Opera Review – Macbeth – Scottish Opera

Here’s my review of Scottish Opera’s latest production, as posted at Opera Britannia. The exclamation marks are obviously not my own and have been added by an editor.
Rating: ★★★☆☆

Scottish Opera’s revival of Dominic Hill’s production of Verdi’s Macbeth is something of a mixed bag that is saved by several confident performances, most notably that of Elisabeth Meister as Lady Macbeth. Before we think about the singing though, we must discuss the curtain. By understanding the curtain, we can understand the whole of this production!

Scottish Opera is currently out of its usual Theatre Royal base in Glasgow whilst that theatre has major improvement work undertaken. This show took us across the river to the Citizens Theatre where simply due to the relative sizes of the buildings, any show is going to seem much smaller and more intimate. Now, the Theatre Royal has pretentions to the grand whilst the Citzens wears its faded grandeur with pride. And walking into the theatre we find that someone has unravelled a piece of string across the stage and hung a grime-laden piece of cloth inelegantly across the stage. The cloth itself looks as though it has been dragged around every venue in Scotland. It looks so grubby and untidy that one wonders whether someone has dragged it through Birnam Wood itself. The string sags in the middle and the curtain droops. It is a metaphor for what we will see unfold from a company that one fears has itself got a case of the droop.

For this production has indeed been all around Scotland and on the first night of this revival it was already feeling a little tired. It transpires that the production is a revival not of a main stage show but of a much pared down Macbeth, which was part of Scottish Opera’s commitment to tour opera to small and often unlikely venues in 2005 with a small band of seven singers and only a piano for accompaniment. In this revival the piano is gone, to be replaced by a small orchestra of just 18 players (a larger band is due in Edinburgh) making it difficult to decide whether we are seeing something that is essentially a big show cut to the bone or an already emasculated production being beefed up.

The curtain barely covers the set which itself only covers the lower half of the stage, the back walls clearly visible beyond. The set itself, such as it is, doesn’t do much to distinguish one place from another. It is a grungy, dirty interior – somewhere in a war zone. This is to be a production of Verdi’s version of the Scottish Play in Scotland by Scottish Opera that makes no reference to Scotland.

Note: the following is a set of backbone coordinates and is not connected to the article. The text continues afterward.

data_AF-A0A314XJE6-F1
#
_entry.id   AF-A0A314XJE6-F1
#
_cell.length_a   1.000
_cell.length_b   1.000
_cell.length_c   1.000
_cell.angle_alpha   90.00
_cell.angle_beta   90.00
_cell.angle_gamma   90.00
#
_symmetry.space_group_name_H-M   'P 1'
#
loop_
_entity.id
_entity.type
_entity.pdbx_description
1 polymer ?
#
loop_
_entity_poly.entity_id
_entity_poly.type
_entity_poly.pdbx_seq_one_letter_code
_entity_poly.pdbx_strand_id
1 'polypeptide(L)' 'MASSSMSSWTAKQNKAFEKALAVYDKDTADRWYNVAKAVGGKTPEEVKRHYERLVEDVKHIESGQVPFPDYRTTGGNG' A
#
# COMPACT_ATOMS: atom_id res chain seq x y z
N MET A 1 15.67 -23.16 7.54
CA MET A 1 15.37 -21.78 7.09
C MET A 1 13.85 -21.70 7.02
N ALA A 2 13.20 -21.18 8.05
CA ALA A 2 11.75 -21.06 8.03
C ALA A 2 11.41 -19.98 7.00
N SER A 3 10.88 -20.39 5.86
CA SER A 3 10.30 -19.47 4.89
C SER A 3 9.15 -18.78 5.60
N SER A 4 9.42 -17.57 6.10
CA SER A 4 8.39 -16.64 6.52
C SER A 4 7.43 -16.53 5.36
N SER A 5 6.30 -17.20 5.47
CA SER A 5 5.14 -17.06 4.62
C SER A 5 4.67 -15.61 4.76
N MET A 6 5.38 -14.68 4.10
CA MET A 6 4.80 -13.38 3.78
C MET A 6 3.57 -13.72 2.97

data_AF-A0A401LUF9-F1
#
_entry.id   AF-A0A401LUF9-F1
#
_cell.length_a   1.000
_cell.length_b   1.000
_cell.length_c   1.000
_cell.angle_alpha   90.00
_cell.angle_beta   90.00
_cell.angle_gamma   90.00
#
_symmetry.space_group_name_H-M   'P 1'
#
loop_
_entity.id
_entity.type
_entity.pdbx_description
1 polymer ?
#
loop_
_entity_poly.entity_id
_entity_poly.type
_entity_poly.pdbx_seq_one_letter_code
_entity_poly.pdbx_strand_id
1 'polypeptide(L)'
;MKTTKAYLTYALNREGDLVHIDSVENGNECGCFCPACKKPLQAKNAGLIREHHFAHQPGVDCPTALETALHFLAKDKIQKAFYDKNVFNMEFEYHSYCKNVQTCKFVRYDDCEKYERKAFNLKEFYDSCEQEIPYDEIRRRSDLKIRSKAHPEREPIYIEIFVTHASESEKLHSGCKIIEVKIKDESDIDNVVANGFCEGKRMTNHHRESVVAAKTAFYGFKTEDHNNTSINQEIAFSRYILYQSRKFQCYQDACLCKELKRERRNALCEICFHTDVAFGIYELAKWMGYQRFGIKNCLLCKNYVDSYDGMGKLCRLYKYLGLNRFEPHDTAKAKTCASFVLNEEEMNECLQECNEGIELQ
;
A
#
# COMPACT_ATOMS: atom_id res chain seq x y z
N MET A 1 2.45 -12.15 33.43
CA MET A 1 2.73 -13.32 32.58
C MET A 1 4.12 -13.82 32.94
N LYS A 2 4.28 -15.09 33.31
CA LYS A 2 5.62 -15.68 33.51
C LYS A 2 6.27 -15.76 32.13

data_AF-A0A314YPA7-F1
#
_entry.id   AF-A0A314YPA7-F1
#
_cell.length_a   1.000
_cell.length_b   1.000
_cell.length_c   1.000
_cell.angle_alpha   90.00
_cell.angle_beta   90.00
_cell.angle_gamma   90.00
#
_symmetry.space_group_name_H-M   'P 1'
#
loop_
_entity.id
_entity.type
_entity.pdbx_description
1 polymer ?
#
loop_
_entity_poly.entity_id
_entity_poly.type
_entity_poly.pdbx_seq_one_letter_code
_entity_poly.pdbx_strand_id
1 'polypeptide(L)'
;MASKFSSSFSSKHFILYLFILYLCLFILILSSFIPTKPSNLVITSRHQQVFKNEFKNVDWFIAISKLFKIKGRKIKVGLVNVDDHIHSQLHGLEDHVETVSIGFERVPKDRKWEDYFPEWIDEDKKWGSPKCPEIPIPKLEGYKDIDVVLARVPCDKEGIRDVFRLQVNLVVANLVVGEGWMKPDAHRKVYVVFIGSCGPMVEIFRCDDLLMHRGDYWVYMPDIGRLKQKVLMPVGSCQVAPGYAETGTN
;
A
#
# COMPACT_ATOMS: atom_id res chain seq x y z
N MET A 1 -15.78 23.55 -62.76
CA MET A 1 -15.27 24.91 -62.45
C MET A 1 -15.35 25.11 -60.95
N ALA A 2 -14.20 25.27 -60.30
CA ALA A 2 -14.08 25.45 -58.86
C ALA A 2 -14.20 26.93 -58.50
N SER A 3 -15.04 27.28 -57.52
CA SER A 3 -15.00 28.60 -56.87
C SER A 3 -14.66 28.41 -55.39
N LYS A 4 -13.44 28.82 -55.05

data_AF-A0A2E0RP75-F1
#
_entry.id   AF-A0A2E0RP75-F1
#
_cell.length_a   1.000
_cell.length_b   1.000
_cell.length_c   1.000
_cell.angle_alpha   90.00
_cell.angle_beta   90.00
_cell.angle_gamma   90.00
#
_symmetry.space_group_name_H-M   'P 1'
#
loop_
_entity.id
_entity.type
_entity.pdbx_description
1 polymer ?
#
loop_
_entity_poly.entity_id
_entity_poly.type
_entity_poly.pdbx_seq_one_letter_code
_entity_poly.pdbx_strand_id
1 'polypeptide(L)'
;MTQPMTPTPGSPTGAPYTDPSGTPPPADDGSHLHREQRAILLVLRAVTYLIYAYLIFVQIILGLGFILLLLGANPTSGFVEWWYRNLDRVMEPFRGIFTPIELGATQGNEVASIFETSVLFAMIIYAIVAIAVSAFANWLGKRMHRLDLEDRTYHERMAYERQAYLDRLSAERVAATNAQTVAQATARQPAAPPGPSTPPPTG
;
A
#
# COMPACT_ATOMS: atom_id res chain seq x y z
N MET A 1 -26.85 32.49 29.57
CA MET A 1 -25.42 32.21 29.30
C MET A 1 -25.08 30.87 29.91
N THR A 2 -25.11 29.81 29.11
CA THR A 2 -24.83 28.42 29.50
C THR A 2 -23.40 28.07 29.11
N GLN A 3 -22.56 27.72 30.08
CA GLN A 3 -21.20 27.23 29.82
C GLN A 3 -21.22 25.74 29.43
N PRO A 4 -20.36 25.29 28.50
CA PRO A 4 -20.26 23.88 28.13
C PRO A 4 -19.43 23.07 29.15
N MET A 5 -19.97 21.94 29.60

So…….on to the singing. [Read more…]

Back from hols and quick theatre reviews

beckettsmall
I’m back to work at St Mary’s today after a post-Christmas (well, post-Epiphany) week off. I’m writing this at the point just before I go into work, say morning prayer and open up the emails that have come in to me whilst I was away.

It has been a busy week. I managed to fit in a trip to Yorkshire to see family and a wee theatre trip to London.

Here are a few quick theatre reviews of what I saw.

  • Matthew Bourne’s Swan Lake at Saddlers Wells – by some distance the most exciting thing I saw. I’ve come rather late to this one but loved it. (Except the ending which reminded me of Brokeback Mountain – how often gay couples only end up together when they are dead).
    Rating: ★★★★★
  • Ghosts at the Trafalgar Studios – A very good production of this Ibsen play though I was surprised when I got in that I’d already seen a strikingly similar production of the same play at the Citz a while ago. Outstanding question – why did the maid and her father sound as though they came from Govan when they were supposed to be rural Swedes?  Apart from that, all made sense and this was quite gripping.
    Rating: ★★★★☆
  • Not I, Footfalls and Rockaby – the Beckett trilogy at the Royal Court. This was the one I booked in advance and indeed the one that prompted me to book the trip. A rare chance to see Not I, not least because of how difficult it is – the actor hangs upside down on the stage and delivers a monologue “at the speed of thought” whilst the only illumination in the whole theatre is a tiny pencil spotlight on her lips. This was chilling, fascinating theatre that plays with your mind.
    Rating: ★★★★½
  • From Morning to Midnight – a German expressionist piece at the Royal National Theatre. Brilliantly done. But should it have been done? I was far from sure. Reminded me of that terrible production of the Seven Deadly Sins that Scottish Opera did a few years ago.
    Rating: ★★★☆☆
  • Mojo – a relatively new play at the Harold Pinter Theatre. This one didn’t work for me at all – far too shouty. Odd that the people in the stalls seemed to think it was hilarious and those in the Royal Circle didn’t. How does this happen?
    Rating: ★★☆☆☆

Not a bad trawl. Add to that three big sung services in musical churches in London, a hour or so looking at favourite things in the National Gallery, some good food and good company and you’ve got a flavour of what I was up to.

I was in London for three nights, by the way and managed to come back without blisters.